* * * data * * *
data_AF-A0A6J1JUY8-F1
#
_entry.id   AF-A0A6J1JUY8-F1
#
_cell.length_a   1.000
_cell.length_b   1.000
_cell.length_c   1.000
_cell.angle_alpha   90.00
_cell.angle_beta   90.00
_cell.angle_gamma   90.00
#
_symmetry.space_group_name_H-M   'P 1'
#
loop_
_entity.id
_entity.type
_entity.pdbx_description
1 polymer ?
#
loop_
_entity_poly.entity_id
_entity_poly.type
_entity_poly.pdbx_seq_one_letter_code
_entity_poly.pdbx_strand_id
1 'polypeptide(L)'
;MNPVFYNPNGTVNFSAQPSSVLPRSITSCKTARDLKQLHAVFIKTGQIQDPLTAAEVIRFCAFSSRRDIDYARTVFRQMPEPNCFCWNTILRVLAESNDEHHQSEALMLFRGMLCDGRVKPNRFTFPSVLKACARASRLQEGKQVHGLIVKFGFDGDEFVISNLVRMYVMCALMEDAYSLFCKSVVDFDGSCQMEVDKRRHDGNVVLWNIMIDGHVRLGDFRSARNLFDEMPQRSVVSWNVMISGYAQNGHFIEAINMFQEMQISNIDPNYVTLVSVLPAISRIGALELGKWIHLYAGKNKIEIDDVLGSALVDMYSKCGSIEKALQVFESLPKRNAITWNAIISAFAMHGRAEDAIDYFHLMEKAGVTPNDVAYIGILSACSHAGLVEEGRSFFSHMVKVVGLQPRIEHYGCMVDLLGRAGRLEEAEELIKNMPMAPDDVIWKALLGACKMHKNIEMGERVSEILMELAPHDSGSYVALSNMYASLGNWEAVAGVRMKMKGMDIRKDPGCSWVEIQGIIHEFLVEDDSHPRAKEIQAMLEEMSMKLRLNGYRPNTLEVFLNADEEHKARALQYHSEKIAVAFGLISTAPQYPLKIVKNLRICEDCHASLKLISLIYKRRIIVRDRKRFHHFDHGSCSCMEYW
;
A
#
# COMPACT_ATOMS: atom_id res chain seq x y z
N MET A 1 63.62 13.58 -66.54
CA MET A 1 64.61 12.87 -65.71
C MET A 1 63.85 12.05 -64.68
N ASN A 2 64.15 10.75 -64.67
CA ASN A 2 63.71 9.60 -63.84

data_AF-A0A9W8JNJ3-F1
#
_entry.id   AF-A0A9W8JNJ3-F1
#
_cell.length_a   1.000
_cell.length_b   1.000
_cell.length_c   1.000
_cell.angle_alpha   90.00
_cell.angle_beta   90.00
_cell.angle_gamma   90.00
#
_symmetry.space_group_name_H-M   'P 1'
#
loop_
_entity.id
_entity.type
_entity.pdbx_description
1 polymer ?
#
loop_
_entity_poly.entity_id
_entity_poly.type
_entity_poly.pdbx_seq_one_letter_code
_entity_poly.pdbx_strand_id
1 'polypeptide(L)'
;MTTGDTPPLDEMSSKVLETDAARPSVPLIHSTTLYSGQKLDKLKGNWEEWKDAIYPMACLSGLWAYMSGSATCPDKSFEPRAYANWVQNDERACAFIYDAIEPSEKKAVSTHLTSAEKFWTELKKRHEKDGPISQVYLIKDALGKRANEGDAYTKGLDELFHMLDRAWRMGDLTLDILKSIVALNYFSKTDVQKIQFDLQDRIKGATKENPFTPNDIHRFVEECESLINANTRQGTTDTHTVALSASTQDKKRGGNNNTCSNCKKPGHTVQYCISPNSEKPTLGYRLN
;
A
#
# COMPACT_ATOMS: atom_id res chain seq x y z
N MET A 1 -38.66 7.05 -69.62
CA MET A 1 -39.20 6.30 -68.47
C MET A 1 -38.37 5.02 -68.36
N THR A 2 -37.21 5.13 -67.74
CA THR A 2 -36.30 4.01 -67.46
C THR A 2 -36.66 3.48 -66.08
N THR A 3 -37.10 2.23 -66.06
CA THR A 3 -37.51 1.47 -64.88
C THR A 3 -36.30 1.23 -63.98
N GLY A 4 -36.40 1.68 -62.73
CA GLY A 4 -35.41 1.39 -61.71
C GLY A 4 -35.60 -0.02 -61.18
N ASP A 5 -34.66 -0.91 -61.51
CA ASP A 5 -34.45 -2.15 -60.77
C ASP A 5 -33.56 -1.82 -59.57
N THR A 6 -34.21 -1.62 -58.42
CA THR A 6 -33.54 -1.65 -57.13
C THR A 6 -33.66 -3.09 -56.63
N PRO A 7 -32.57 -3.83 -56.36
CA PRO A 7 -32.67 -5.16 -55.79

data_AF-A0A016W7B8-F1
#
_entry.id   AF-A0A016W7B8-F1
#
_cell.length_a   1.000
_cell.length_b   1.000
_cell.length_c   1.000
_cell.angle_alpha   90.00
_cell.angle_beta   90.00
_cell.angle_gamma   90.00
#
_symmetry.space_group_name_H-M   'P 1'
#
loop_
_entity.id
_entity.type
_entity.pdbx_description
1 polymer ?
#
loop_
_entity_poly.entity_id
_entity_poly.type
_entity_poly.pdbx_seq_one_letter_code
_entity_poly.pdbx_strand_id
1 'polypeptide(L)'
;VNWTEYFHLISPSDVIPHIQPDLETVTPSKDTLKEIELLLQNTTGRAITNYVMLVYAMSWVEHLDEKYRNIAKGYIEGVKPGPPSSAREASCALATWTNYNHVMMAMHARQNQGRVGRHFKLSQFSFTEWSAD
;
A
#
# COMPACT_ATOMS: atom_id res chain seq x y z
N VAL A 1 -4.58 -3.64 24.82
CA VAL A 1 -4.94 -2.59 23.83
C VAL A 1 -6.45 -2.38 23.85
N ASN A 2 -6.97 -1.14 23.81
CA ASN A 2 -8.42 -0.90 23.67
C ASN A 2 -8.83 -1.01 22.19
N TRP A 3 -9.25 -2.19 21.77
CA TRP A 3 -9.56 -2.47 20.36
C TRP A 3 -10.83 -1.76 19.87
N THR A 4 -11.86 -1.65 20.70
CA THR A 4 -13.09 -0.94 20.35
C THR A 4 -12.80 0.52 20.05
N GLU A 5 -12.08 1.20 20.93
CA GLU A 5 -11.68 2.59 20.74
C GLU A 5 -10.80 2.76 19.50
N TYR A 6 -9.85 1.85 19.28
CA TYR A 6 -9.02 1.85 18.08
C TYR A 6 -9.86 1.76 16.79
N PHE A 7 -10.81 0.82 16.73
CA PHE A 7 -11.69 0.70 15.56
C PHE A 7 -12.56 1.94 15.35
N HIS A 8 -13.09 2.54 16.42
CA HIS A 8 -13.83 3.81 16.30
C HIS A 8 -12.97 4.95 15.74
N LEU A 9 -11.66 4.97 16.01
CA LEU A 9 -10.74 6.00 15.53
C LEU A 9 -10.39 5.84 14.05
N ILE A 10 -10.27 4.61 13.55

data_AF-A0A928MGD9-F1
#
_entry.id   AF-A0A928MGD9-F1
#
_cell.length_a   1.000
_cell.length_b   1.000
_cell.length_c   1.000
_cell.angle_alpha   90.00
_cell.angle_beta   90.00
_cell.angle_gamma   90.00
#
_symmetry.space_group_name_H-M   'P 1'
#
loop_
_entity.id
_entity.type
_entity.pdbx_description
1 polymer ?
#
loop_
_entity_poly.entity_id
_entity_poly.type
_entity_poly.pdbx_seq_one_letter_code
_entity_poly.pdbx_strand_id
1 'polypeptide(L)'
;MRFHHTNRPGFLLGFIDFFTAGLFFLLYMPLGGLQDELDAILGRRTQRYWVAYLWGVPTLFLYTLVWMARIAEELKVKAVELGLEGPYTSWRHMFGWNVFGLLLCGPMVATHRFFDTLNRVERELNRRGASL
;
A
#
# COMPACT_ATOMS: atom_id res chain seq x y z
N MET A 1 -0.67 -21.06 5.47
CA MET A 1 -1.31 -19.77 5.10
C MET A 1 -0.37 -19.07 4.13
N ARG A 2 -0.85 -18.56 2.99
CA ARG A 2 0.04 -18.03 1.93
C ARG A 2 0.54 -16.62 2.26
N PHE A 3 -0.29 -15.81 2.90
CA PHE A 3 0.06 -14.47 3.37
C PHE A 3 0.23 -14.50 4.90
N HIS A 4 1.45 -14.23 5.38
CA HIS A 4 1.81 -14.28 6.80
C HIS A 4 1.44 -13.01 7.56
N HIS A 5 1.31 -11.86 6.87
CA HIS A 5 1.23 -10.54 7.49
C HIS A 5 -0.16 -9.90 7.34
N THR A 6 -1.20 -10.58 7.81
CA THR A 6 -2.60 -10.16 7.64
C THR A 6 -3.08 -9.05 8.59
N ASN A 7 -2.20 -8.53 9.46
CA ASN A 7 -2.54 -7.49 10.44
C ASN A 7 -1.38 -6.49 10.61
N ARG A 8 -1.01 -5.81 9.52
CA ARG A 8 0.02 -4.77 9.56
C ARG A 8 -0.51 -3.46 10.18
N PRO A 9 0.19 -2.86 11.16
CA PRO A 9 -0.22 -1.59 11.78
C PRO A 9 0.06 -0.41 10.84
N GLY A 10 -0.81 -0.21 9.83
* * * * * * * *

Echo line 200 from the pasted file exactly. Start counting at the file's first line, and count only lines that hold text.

C PRO A 9 0.06 -0.41 10.84